Grad Student Site Tracks Shared Expenses
Saturday, December 2, 2006; 10:46 PM
PITTSBURGH -- Splitting dinner checks can cause a splitting headache, even when the diners are a math-oriented data miner, a database security specialist and an expert in networked games.
Fed up with haggling over shared debts, Carnegie Mellon University computer science graduate students Shashank Pandit, Amit Manjhi and Ashwin Bharambe three years ago created Buxfer, short for "bucks transfer." The social-networking site with a personal-finance focus allows users to form groups of friends or housemates and track who owes what for utility bills, dinner tabs, day trips and other shared expenses.
Instead of fretting over how every dinner bill should be split, Bharambe, Manjhi and Pandit realized that they could track their collective expenses over longer periods of time. For example, one housemate could pay for dinner and a movie for everyone, earning credits in his Buxfer group and therefore paying less than his roomies on the next month's utility bills.
Buxfer quickly became popular with its creators' friends and colleagues, many of them college students or young professionals on a tight budget. In September, Pandit, Manjhi and Bharambe launched a Web site offering Buxfer to the general public at no cost.
Since then, Buxfer has grown to about 3,000 users who have completed transactions worth more than $875,000, said Pandit, 24. Most users are university students, some from as far away as India and Australia, he said. The site allows users to set the default currency to dollars, Euros, pounds, yen or rupees. But it doesn't offer a conversion feature.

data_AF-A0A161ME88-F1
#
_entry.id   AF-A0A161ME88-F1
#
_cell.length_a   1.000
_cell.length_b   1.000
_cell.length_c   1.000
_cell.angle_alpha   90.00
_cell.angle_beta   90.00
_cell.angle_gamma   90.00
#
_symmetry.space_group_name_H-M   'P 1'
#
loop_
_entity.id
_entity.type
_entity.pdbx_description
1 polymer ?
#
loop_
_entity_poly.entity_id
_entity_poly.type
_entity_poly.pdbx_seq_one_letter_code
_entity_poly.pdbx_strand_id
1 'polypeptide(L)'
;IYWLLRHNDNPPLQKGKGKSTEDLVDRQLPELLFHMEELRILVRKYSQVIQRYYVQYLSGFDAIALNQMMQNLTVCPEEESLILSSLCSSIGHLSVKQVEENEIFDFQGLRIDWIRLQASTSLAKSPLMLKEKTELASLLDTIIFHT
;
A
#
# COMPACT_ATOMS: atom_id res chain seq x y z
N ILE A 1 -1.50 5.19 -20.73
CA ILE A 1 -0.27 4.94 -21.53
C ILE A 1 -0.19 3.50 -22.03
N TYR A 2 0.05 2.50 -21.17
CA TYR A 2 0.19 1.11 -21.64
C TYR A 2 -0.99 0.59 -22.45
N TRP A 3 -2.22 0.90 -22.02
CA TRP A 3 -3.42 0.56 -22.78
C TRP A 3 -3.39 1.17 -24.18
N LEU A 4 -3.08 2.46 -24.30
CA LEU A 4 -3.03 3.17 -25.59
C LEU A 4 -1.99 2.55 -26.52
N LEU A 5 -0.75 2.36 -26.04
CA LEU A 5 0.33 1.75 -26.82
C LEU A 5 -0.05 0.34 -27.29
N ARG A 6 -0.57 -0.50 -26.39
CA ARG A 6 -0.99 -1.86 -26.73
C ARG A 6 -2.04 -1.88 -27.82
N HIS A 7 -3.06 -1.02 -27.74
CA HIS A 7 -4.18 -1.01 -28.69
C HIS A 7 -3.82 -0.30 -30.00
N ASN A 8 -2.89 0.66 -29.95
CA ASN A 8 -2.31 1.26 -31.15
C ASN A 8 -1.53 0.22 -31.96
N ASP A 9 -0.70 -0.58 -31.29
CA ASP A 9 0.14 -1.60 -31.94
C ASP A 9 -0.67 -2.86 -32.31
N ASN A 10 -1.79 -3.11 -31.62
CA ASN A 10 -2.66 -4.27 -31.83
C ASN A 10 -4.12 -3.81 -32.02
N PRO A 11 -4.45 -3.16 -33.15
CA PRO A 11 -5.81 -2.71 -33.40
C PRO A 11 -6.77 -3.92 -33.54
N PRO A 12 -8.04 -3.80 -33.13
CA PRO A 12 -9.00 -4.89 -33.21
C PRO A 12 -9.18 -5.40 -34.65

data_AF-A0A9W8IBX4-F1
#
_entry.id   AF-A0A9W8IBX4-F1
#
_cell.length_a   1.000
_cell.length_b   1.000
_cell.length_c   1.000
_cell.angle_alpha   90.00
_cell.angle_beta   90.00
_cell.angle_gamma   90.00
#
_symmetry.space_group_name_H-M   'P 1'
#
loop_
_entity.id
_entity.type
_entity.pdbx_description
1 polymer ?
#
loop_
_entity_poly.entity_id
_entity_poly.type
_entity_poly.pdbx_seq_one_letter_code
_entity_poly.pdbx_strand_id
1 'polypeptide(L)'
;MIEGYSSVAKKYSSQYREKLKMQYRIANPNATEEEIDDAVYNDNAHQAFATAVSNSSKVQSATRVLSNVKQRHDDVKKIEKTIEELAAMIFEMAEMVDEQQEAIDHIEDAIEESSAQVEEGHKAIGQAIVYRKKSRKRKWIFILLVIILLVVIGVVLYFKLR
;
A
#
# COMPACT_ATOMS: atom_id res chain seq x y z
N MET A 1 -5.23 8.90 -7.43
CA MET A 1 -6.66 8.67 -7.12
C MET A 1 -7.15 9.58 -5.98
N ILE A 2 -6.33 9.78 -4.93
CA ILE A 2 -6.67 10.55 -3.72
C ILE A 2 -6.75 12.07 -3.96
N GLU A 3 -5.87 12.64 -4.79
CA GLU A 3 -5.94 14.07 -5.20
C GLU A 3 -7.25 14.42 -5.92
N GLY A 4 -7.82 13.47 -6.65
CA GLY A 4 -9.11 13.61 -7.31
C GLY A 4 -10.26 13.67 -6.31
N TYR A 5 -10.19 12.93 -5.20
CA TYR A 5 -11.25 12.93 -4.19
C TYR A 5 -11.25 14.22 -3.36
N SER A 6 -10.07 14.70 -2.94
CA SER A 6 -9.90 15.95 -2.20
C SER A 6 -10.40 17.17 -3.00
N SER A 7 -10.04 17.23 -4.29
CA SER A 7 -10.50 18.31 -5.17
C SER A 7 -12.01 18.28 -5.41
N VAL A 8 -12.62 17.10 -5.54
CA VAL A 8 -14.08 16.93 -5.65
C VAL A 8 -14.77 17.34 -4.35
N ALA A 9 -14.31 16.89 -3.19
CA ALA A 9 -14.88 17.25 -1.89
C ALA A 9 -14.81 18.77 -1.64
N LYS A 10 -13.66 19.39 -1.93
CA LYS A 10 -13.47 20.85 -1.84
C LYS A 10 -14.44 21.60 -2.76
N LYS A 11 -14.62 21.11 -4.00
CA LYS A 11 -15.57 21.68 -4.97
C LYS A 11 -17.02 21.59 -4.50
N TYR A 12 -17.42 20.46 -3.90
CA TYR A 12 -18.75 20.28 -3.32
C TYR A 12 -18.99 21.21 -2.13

News of the site has spread largely by word of mouth, on blogs and by flyers posted at universities, Pandit said.
Kedar Dhamdhere, 28, a software engineer at Google Inc., said he uses Buxfer almost every day. Before he relied on scraps of paper and memory, which wasn't very reliable.
"Instead of doing all the calculations, I just enter the information in Buxfer and that's it," he said. "You can keep track of all your friends in one place."
Dhamdhere has created three groups in his Buxfer account, two for separate groups of friends and another for a roommate he shares expenses with.
Buxfer automatically e-mails Dhamdhere and other users in his groups about new transactions and payments. And when he logs into Buxfer, icons on the home page show him how much he owes or is owed. He and his friends can also leave notes for each other on the site.
Sites like BillMonk offer broadly similar services but different specific features, Pandit said.
Unlike Buxfer, BillMonk also allows users to track belongings, like books and DVDs, lent to friends. In addition, it lets them report expenses via SMS text message. Pandit said he and his friends are working on a similar feature that would allow users enter and receive data from a mobile phone or PDA.